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  • Mythos and Polyphonic Pluralism
  • Thomas M. Alexander

growing up in new mexico, I was passionate about geology, specifically paleontology. It led, in one adventure, to me being arrested by monks. While on a picnic with my parents at Jemez Springs, I had followed a beautiful Permian stratum, rich with crinoids and brachiopod shells, onto private land owned by The Servants of the Paraclete, a retreat for "whiskey priests."1 I was detained while one brother admonished me, kindly, and let me go, and even let me keep my specimens. But the passion for the history of the earth and natural history in general remained. I was one of those kids who came late to the idea that what was taught at school and what I found of interest had any points of intersection, but I did come to it. I entered university with an excitement that now I could really explore my interests from brachiopods to hieroglyphics to Chinese poetry. My father, who taught philosophy at the University of New Mexico (UNM), did not try to nudge me into that subject, other than to say that any educated person should know something of the Greek and Modern philosophers and study basic logic. My high school years were those tumultuous and exotic last years of the sixties, comprising "The Summer of Love," the release of Sgt. Pepper, the Tet Offensive, the Apollo moon landing, and the Kent State shootings. In that stressful time, my father gave me two books that changed my life, one a yellowed wartime paperback of Apology, Crito, and Book I of The Republic, the other a book of selections by Montaigne. The first showed me a model of reasoned discussion and intellectual courage without vehemence—by the late sixties, vehement disagreement was even more pervasive than it is today. The second gave me a model of intellectual integrity, moral humanism, and skepticism as a way of life in a world gone mad with ideology. Thus, I entered my university studies a private humanist pursuing earth sciences. [End Page 1]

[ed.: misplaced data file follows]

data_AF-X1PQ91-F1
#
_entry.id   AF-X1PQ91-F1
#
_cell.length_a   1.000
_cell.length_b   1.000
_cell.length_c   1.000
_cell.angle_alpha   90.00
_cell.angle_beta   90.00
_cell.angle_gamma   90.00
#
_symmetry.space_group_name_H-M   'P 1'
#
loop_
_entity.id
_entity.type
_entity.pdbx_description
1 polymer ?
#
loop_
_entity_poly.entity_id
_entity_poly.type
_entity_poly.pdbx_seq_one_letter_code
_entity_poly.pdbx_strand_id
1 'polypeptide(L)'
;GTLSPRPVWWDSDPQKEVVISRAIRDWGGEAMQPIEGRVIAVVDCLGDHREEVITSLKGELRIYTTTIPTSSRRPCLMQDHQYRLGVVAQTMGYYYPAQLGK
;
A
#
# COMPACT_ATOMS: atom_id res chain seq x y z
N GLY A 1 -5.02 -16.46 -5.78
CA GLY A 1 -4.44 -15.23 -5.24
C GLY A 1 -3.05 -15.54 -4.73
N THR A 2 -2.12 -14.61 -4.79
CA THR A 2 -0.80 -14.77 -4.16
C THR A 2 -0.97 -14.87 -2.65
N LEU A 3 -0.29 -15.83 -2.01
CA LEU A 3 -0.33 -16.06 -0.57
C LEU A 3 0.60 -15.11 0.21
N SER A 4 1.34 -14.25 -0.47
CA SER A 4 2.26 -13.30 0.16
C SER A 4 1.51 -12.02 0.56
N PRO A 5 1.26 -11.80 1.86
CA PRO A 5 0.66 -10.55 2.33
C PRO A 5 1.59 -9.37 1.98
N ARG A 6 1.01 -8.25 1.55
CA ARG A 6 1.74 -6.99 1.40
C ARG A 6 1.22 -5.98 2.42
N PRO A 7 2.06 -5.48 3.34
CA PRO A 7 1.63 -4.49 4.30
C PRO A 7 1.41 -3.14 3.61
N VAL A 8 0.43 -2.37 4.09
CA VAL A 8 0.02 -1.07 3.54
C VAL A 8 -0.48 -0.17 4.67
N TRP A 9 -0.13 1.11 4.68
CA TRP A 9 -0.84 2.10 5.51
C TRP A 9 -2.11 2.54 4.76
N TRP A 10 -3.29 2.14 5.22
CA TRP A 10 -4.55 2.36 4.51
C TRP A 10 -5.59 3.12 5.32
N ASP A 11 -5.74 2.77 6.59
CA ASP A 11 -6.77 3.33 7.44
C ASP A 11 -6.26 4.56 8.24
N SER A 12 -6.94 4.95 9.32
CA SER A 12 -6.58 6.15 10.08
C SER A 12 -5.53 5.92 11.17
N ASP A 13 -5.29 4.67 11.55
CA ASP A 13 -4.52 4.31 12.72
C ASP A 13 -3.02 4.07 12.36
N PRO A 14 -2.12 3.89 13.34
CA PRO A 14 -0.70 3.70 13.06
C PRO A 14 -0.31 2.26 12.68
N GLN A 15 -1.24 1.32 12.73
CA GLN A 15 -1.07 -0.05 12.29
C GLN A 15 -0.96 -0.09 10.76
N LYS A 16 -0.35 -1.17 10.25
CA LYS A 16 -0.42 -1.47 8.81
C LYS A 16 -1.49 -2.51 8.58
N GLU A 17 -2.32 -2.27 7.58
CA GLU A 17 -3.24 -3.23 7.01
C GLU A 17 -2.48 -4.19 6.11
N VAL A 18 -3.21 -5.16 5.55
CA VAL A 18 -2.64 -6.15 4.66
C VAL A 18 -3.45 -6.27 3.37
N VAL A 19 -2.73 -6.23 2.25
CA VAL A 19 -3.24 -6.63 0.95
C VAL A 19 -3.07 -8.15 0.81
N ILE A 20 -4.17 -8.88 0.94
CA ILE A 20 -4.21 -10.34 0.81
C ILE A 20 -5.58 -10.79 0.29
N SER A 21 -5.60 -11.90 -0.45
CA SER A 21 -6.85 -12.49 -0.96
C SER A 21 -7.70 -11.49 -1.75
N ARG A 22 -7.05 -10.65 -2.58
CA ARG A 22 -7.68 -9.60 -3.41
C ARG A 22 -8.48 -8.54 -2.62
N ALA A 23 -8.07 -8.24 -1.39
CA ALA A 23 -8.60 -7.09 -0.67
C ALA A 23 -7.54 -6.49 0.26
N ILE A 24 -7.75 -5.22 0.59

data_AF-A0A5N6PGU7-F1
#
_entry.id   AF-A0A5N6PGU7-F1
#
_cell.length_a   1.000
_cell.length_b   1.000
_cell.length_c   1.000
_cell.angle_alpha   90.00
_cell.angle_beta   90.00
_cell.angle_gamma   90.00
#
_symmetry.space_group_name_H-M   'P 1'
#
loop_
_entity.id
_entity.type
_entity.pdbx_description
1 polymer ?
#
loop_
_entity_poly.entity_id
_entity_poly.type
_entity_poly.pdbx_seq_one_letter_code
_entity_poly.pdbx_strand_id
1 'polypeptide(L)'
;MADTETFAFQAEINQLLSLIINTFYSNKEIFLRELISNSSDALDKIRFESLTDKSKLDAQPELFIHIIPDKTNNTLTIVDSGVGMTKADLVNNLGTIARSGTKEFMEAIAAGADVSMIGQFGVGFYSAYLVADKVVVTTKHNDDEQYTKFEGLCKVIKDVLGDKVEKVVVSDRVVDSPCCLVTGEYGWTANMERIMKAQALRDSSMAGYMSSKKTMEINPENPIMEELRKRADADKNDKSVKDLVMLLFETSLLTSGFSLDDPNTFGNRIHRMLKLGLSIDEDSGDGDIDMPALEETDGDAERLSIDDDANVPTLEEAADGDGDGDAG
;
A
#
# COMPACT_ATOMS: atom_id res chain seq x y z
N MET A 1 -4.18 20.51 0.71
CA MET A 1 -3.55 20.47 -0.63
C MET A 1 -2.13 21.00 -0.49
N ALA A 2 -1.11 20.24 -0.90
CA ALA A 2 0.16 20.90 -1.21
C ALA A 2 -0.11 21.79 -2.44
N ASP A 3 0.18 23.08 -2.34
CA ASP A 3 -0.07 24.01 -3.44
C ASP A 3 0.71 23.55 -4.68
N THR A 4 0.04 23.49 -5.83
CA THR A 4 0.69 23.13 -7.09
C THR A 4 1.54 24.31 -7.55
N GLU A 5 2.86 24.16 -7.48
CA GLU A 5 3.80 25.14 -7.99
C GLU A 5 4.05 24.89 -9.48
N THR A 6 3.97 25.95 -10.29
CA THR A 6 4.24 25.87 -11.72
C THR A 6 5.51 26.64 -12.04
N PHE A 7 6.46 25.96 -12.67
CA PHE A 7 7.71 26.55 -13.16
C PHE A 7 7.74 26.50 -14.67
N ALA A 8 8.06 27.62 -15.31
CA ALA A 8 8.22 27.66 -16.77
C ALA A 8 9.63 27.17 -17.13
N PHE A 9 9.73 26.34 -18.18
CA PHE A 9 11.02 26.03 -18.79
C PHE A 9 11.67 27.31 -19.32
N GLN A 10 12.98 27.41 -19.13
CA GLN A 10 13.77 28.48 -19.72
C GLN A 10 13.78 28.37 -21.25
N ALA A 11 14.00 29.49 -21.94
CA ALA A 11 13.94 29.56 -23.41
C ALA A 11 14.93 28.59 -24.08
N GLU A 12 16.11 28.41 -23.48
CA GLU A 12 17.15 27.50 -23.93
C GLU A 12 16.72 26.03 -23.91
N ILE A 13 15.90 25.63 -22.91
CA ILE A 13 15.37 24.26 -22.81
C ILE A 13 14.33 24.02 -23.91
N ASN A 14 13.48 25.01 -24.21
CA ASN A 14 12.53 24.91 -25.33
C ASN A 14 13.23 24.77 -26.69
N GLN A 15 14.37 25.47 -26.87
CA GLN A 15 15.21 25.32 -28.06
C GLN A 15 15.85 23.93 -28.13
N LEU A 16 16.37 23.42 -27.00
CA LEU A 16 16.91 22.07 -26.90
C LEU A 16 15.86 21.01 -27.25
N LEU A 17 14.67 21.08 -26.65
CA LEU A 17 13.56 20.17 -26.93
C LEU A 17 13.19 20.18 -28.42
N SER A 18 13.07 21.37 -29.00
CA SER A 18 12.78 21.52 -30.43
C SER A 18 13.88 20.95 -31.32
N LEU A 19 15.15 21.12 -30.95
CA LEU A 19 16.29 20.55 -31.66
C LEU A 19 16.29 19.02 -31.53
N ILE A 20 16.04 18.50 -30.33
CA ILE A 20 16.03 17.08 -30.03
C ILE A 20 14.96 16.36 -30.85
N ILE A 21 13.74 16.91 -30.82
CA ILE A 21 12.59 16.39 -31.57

But geology was a disappointment. The teachers had not accepted continental drift though just about all other related sciences had. Scientific American had even devoted a glossy issue to the subject. The faculty were interested in petroleum, not paleontology, which, I was informed, was over and nothing new would happen in it. They had no idea that this science would soon enter its most exciting and revolutionary decades with the new ideas about warm-blooded dinosaurs and the discovery of the Chicxulub asteroid impact crater as the smoking gun of the Cretaceous extinction. I heard the geology faculty eventually did accept continental drift, but by then I had moved on. I had, without knowing it, lived through one of Thomas Kuhn's scientific revolutions. My horizons expanded in different directions to include, now, romance, revolution, and beer—and, still far off, philosophy.

Following my father's advice, in the Fall of my freshman year, I took a survey of ancient Greek thought, Thales to Plotinus. From the start, it was riveting. Anaximander seemed to have held a view of cosmic and human evolution, a natural history of the universe—even the word "historia" was Greek. But political issues and the whole panorama of topics embraced by the term "counterculture" then were at the forefront of all discussion as the Vietnam War entered its frantic endgame. The institution of the lottery for the draft resulted in me being assigned the number 33. Though my student deferment status was good for another three years, the expansion of the war into Cambodia did not make it seem as though any end was in sight. My studies took on an intensity for me, since my time for learning might be cut short, and I had boundless curiosity. The questions of the day and my personal fate made philosophy move to the center.

The Department at UNM was pluralistic, though it didn't call itself such. But a department with people specializing in Buddhist logic, positivism, hermeneutics, process philosophy, Chinese philosophy, and Hispanic philosophy (which my father taught) can't be called anything else. The specialist in philosophy of language knew not only...


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